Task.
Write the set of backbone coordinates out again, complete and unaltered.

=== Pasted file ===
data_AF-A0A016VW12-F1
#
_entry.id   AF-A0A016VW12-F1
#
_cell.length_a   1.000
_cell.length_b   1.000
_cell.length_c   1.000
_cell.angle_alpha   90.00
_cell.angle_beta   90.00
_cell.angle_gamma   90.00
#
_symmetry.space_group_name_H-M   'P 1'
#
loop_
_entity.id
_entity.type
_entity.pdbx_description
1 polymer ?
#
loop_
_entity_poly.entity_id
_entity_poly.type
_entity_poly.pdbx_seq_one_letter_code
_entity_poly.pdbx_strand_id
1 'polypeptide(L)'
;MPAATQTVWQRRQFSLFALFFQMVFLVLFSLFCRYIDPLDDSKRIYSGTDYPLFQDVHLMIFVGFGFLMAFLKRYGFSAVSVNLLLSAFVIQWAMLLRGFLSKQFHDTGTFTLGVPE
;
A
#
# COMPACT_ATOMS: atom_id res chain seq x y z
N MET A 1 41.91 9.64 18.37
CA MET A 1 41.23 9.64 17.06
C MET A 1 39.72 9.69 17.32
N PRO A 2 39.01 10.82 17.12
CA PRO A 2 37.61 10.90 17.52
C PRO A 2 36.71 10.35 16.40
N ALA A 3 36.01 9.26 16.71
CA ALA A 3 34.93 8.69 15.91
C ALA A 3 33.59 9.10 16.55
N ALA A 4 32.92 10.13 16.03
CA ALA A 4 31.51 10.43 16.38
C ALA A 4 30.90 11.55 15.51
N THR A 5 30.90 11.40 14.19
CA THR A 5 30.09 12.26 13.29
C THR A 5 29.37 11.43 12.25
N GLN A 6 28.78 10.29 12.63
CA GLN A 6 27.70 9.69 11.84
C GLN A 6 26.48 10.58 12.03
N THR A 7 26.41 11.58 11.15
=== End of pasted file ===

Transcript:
data_AF-A0A016VW12-F1
#
_entry.id   AF-A0A016VW12-F1
#
_cell.length_a   1.000
_cell.length_b   1.000
_cell.length_c   1.000
_cell.angle_alpha   90.00
_cell.angle_beta   90.00
_cell.angle_gamma   90.00
#
_symmetry.space_group_name_H-M   'P 1'
#
loop_
_entity.id
_entity.type
_entity.pdbx_description
1 polymer ?
#
loop_
_entity_poly.entity_id
_entity_poly.type
_entity_poly.pdbx_seq_one_letter_code
_entity_poly.pdbx_strand_id
1 'polypeptide(L)'
;MPAATQTVWQRRQFSLFALFFQMVFLVLFSLFCRYIDPLDDSKRIYSGTDYPLFQDVHLMIFVGFGFLMAFLKRYGFSAVSVNLLLSAFVIQWAMLLRGFLSKQFHDTGTFTLGVPE
;
A
#
# COMPACT_ATOMS: atom_id res chain seq x y z
N MET A 1 41.91 9.64 18.37
CA MET A 1 41.23 9.64 17.06
C MET A 1 39.72 9.69 17.32
N PRO A 2 39.01 10.82 17.12
CA PRO A 2 37.61 10.90 17.52
C PRO A 2 36.71 10.35 16.40
N ALA A 3 36.01 9.26 16.71
CA ALA A 3 34.93 8.69 15.91
C ALA A 3 33.59 9.10 16.55
N ALA A 4 32.92 10.13 16.03
CA ALA A 4 31.51 10.43 16.38
C ALA A 4 30.90 11.55 15.51
N THR A 5 30.90 11.40 14.19
CA THR A 5 30.09 12.26 13.29
C THR A 5 29.37 11.43 12.25
N GLN A 6 28.78 10.29 12.63
CA GLN A 6 27.70 9.69 11.84
C GLN A 6 26.48 10.58 12.03
N THR A 7 26.41 11.58 11.15